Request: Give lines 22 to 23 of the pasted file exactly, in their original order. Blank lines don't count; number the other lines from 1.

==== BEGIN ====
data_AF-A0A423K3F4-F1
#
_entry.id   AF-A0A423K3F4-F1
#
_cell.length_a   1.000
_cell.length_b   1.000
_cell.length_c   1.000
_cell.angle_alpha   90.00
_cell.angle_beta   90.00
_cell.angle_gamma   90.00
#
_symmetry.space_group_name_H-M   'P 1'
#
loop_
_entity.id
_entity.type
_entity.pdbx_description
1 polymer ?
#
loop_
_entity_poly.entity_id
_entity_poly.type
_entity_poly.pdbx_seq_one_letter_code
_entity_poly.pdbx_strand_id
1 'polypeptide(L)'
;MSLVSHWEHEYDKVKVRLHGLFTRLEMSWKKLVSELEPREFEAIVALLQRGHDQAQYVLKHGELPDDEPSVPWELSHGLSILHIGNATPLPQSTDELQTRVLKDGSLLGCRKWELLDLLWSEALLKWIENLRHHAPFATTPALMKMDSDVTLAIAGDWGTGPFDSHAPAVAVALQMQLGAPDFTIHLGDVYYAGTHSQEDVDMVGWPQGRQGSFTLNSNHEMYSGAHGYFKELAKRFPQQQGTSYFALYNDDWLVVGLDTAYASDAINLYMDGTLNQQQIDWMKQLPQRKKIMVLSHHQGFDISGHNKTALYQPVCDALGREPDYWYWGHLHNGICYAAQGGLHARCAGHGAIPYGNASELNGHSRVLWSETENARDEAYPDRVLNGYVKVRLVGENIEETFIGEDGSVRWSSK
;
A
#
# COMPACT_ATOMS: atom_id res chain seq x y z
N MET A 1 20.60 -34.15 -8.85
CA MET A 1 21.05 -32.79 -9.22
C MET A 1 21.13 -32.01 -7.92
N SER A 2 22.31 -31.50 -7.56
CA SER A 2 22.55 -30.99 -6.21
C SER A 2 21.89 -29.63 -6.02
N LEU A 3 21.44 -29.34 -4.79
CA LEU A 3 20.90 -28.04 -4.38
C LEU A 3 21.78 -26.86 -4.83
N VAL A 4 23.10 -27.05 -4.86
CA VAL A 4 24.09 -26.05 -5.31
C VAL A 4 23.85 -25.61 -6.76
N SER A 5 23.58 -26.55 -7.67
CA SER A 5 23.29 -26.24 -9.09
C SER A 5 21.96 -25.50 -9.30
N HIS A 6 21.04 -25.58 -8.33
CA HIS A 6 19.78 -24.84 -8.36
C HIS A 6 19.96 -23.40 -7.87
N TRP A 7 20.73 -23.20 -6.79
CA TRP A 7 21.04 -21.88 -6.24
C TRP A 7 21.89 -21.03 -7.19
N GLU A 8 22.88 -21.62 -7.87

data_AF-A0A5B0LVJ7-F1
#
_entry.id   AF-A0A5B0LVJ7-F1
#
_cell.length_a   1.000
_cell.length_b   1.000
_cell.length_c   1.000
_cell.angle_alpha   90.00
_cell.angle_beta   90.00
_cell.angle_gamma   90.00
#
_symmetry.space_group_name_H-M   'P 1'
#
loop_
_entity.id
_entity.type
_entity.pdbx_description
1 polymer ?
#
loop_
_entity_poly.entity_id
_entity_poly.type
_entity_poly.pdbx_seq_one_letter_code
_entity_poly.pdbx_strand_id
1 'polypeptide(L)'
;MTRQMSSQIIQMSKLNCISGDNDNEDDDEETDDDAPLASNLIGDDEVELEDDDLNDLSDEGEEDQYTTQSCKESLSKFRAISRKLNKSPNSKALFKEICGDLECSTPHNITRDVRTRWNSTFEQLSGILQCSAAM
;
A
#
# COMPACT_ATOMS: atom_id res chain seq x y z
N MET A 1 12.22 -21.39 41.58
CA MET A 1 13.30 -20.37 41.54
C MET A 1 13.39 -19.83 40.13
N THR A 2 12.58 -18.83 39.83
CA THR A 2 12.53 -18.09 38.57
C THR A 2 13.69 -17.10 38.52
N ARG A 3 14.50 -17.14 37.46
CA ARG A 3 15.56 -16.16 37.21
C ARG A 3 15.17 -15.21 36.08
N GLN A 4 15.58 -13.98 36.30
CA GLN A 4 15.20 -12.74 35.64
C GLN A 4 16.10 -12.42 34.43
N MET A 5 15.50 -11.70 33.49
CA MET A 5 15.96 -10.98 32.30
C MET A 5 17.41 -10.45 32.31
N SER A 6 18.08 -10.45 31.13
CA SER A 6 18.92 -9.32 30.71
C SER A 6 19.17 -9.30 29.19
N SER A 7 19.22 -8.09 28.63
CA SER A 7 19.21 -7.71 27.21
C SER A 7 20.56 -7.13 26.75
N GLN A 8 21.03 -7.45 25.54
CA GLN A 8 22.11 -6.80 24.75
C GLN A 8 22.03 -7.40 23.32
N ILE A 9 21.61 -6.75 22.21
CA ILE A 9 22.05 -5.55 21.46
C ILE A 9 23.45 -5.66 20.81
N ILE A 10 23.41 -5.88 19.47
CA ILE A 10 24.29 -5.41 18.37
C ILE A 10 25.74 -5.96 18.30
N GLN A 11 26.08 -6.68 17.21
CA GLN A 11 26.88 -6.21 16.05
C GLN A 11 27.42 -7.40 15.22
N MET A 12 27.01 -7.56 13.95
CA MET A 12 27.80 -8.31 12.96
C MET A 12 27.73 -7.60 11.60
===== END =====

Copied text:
_entity_poly.type
_entity_poly.pdbx_seq_one_letter_code